His glory these men had seen on the holy mount. What they saw was not the outshining of the Deity of our Lord, but the coming to final perfection of His humanity. Deity has never had that kind of outshining. Deity has no manifestation to the eyes of sense. When God hid Himself in flesh, then men saw God; the glory of Deity was revealed not in any splendour, but in the humanity of our Lord. That humanity came to its perfection on the holy mount. The story of the life of Jesus may be told thus; innocent in babyhood and childhood; holy in youth and manhood; coming to ultimate glory on the mount of transfiguration. There humanity was revealed at its highest and best.
It was glory, but it was also virtue; that is, it was not merely what life was in itself, inherently, in its perfection, but it was the fact that that life was filled with every excellency which made God declare, "This is My beloved Son, in Whom I am well pleased."
The word virtue here has not the meaning which it usually has when we make use of it. We recall the great passage in the first letter, "Ye are . . . that ye may show forth the excellencies," "the praises," as the Authorized Version has it. The word excellencies or praises is exactly the same word as virtue. Virtue refers there to that in Him which was excellent, that in Him which satisfied the heart of God.
His Divine power has given us all that we need, in order that life may come to the pattern of that glory; and that godliness may be the realization of that virtue. These are the resources of His power.
Then there are the resources of His coming. These are also referred to in the first chapter; "Whereby He hath granted unto us His precious and exceeding great promises; that through these ye may become partakers of the Divine nature, having escaped from the corruption that is in the world by lust." "For thus shall be richly supplied unto you the entrance into the eternal Kingdom of our Lord and Saviour Jesus Christ." "The eternal Kingdom" is an arresting phrase, and this is the only occasion in the New Testament in which it is used. In this letter the subject of the Second Advent is not dealt with as it is in some of the other writings of the New Testament. The main thought of the apostle is not that the Second Advent will mean the setting up of the Kingdom of God in this world, but that it will result in the perfecting of the saints. We should always draw a distinction between the Coming of the Lord and the Day of the Lord, that day of judgment ushering in the reign of righteousness. The apostle is here dealing with the value of the Coming to the saint. In that Coming we shall finally, perfectly escape from the corruption that is in the world by lust. In that Coming we shall enter into the age-abiding Kingdom of our Lord and Saviour Jesus Christ.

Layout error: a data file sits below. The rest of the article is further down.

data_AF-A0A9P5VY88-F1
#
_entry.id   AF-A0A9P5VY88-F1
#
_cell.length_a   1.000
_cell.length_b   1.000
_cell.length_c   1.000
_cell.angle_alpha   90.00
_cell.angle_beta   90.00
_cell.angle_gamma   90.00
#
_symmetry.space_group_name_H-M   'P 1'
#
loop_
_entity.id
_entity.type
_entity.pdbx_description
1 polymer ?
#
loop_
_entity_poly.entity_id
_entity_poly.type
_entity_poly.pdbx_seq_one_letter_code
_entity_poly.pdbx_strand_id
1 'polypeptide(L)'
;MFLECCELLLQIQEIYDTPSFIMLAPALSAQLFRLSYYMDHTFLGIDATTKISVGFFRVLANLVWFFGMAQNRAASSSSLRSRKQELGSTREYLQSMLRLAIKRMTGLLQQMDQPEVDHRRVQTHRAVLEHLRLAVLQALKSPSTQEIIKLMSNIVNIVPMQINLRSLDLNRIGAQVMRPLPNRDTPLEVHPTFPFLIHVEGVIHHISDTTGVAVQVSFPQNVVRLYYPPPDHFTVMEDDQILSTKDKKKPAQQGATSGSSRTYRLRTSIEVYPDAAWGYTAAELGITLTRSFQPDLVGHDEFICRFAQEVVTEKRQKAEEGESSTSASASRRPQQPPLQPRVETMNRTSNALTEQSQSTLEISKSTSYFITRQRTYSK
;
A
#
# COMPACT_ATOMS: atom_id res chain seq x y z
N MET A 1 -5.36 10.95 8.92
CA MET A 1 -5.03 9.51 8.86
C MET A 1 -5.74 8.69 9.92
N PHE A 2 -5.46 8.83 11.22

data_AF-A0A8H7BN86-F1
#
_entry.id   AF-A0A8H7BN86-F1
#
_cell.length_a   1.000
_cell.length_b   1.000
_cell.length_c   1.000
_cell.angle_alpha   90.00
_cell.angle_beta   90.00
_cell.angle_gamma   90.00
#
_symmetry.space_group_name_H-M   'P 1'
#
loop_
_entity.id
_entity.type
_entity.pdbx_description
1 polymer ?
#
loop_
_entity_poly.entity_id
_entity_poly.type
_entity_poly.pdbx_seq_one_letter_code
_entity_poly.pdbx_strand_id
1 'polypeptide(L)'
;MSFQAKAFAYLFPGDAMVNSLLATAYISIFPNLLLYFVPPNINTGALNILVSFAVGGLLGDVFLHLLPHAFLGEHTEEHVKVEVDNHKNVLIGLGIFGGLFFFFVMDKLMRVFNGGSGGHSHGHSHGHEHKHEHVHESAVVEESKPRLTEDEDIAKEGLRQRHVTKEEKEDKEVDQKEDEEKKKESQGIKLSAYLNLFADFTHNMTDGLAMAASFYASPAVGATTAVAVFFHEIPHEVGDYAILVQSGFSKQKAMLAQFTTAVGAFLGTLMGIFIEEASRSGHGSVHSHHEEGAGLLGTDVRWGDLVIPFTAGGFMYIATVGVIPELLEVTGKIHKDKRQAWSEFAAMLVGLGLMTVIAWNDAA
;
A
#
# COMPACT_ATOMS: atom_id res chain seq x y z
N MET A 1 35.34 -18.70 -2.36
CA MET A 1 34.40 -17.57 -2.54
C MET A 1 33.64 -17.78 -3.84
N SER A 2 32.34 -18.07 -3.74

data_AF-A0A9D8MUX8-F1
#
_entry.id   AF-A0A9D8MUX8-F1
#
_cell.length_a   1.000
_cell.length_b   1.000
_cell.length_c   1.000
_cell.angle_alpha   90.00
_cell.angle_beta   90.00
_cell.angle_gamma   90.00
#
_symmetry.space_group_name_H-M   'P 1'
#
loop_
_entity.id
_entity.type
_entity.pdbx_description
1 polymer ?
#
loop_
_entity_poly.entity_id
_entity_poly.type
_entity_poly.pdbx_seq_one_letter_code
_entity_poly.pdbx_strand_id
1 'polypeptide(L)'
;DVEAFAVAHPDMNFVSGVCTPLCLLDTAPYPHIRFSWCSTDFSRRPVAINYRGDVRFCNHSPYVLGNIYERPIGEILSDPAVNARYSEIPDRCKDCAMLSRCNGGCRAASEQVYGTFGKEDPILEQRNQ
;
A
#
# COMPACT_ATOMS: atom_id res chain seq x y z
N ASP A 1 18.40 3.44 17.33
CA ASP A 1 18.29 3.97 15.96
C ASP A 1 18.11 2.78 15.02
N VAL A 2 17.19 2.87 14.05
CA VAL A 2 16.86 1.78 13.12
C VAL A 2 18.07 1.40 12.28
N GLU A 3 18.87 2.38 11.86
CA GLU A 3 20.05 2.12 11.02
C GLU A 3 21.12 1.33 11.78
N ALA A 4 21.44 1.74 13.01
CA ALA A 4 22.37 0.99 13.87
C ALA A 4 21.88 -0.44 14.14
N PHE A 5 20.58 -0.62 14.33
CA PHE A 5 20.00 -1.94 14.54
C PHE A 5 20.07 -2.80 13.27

Here again is the resource provided for us in grace. If I stand in grace, I have power sufficient to conform my life to the perfect pattern of His life, so that it shall be well pleasing to God. If I stand in grace I stand in the light of the Parousia, the Presence, the Coming; which for the world will lead to His process of judgment establishing righteousness ; but which for me, standing in grace, will be the hour when I finally escape from corruption. There is a sense in which every believer has already escaped in the economy and purpose of God; but in the hour of that Coming, that Advent at which scoffers are still scoffing, we shall finally escape from corruption. This corruptible must put on incorruption. Then shall be brought to pass the word that is written. That is the final outcome of our Christian life; and we lose a very great deal if we forget or neglect, as a part of the resources of grace, the presence or coming of our Lord.
What then are the responsibilities which these resources create? They can be expressed in two words; appropriation of the resources; and avoidance of the perils.